Jennifer Galvan Psychologist


“Emotion is more powerful than reason.  Emotion is the driving force behind thinking and reasoning.  Emotional intelligence increases the mind’s ability to make positive, brilliant decisions”. – Dr. T.P.Chia

Most of us are familiar with academic, creative, or analytical intelligence, but more recently, emotional intelligence is gaining more attention. Emotional intelligence is a form of understanding that consists of four skills.  The first is having emotional awareness.  In other words, having the ability to identify and label one’s own and others’ emotions.  This includes detecting emotions in the face and voice.  The second skill is the ability to harness one’s emotions and apply them to tasks like thinking or problem-solving.

Those with greater emotional intelligence are able to use their emotions to guide them toward their current tasks.  The third is understanding emotions and having the power to be empathic and sensitive to the variations between emotions.  Finally, the fourth is managing emotions, which includes both regulating one’s own emotions and helping others regulate theirs.  With this skill, emotionally intelligent individuals can not only harness positive and negative emotions, they can also manage them in order to accomplish their goals.

Much like strengthening a muscle with physical exercise, emotional intelligence can also be developed through practice and application.

Ways to enhance EI skills include:

  1. Work on increasing self-awareness by allowing negative feelings to arise without an effort to avoid them or judge them. The more you can be candid with yourself, the faster you can identify what you are experiencing from within.  In other words, you are aware of your own “emotional bullshit”!
  2. Manage your emotions by objectively reflecting to see if your emotions are suitable for the situation and then acting accordingly.
  3. Practice empathy and recognize others’ emotional needs. You can do this by becoming conscious of verbal and non-verbal cues to try to understand others’ perspectives, and by putting yourself in their shoes.
  4. Become aware of your stressors by keeping track of things that increase your stress level and be proactive in taking steps to minimize them.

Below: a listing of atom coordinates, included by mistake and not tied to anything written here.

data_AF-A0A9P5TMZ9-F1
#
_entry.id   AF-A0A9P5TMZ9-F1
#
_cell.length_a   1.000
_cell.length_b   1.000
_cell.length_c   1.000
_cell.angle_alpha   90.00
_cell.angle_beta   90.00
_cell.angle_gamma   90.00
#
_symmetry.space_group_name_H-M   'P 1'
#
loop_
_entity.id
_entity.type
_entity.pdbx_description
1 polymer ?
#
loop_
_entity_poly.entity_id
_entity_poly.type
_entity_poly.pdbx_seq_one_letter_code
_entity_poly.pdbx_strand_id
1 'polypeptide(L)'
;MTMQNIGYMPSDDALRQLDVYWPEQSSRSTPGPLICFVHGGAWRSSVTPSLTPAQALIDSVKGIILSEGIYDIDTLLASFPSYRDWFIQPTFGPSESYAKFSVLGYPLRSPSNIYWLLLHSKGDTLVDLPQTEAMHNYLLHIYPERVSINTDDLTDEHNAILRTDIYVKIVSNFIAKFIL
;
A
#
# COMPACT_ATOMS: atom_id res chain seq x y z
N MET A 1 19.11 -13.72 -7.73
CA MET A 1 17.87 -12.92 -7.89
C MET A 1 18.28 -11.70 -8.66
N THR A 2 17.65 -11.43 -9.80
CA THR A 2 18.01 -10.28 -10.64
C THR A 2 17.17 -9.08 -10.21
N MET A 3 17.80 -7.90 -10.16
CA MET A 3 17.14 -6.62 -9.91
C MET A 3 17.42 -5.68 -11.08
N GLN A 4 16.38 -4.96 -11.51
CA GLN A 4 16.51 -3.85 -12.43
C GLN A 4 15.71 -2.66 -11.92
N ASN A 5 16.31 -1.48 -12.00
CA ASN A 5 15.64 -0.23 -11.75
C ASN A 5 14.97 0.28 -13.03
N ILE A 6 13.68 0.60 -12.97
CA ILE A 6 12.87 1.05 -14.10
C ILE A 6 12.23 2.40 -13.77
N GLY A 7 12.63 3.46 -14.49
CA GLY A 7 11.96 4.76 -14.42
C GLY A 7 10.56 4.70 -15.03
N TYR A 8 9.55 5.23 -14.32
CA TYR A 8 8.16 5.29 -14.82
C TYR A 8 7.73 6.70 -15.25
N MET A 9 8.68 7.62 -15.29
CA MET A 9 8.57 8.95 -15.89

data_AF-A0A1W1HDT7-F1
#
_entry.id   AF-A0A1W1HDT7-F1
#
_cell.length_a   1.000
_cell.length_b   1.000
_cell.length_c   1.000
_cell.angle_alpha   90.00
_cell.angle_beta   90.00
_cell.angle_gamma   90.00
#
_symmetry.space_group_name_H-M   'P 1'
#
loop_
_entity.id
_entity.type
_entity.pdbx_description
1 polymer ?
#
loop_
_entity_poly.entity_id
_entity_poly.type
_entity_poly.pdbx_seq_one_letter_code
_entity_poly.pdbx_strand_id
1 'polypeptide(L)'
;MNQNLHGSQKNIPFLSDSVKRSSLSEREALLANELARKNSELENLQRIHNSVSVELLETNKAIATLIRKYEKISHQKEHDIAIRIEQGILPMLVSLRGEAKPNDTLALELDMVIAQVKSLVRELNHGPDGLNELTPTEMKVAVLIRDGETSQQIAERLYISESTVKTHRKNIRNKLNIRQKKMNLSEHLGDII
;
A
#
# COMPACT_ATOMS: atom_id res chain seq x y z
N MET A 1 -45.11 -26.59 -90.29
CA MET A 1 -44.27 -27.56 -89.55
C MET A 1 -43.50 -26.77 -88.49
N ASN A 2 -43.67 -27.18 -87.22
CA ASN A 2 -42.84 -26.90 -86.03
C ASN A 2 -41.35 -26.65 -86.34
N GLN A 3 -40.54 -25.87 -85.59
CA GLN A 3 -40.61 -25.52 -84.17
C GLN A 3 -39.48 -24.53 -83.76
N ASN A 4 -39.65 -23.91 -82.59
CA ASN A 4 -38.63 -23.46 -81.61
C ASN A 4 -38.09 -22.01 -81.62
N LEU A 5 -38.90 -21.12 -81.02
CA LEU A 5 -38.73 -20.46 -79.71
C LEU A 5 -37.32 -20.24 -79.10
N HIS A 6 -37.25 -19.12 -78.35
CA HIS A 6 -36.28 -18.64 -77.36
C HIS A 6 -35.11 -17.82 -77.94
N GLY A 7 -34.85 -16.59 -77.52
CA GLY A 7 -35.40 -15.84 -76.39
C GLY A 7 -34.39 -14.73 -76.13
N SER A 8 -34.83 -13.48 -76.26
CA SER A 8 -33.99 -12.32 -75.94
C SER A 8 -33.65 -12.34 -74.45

5. Find ways to handle adversity by practicing optimism, asking constructive questions, and taking initiative toward solutions.

Greater emotional intelligence is positively correlated with greater social ability and interactions. This leads to more positive interpersonal relationships.  Individuals with higher emotional intelligence have greater academic achievements, work performance, and negotiating abilities.  They are often more effective coaches and leaders as well as more successful in business.  Overall, individuals with greater emotional intelligence display better psychological well-being from having more self-awareness, a greater ability to control strong emotions, and deeper, more intimate relationships from empathizing with others.

Jennifer Galvan, PhD, is a licensed clinical psychologist in private practice in Woodland Hills, California.  Dr. Galvan has several years of training and experience in psychoanalytic psychotherapy and has been part of many podcasts and seminars around diverse topics.  For more information, visit Dr. Galvan’s website at Jennifer Galvan or follow @dr.jennifergalvan on Instagram.

The content provided in this article is provided for information purposes only and is not a substitute for professional advice and consultation, including professional medical advice and consultation; it is provided with the understanding that Poosh, LLC (“Poosh”) is not engaged in the provision or rendering of medical advice or services.

The opinions and content included in the article are the views of the author only, and Poosh does not endorse or recommend any such content or information, or any product or service mentioned in the article.  You understand and agree that Poosh shall not be liable for any claim, loss, or damage arising out of the use of, or reliance upon any content or information in the article.



Teimpo de Reflexionar

La depreción y el suicidio

La Deperción


Pasamos por momentos difíciles que tomaron años de acumulación, ojalá existiera una barita mágica para arreglar todo en un momento, pero no es así.  La presión que siento sólo exacerba mi condición y aumenta negativamente mis emociones.  Si hubiera una píldora mágica la tomaría, pero es un proceso que toma tiempo.  Yo quiero sanar mis heridas, pero tampoco quiero ir a la prisa para desfallecer y volver a caer en el abismo.  La paciencia es una virtud que se debe aprender y que también toma mucho tiempo en conseguir.

No podemos obligar a las personas a recuperarse rápido, lo que resulta en mayor carga emocional y dilata el proceso de recuperación.  Esta temporada festiva del año no es buena para muchas personas, incluyéndome.  La depresión en los tiempos festivos son momentos para mantener la calma con aquellos que la sufren durante este tiempo.  El no facilitar el proceso de sanación afecta a los afectados.  Todos necesitamos ser sanados, cada uno de nosotros tenemos nuestras heridas de las que tenemos que recuperarnos.

Dense el espacio para hacerlo, el amor propio es lo primero, si no te amas primero, no puedes amar o ayudar a los demás.





Draókos (The Black Dragon)
Psicofilosofía Urbana es (c)1980
Copyright 1980 ICP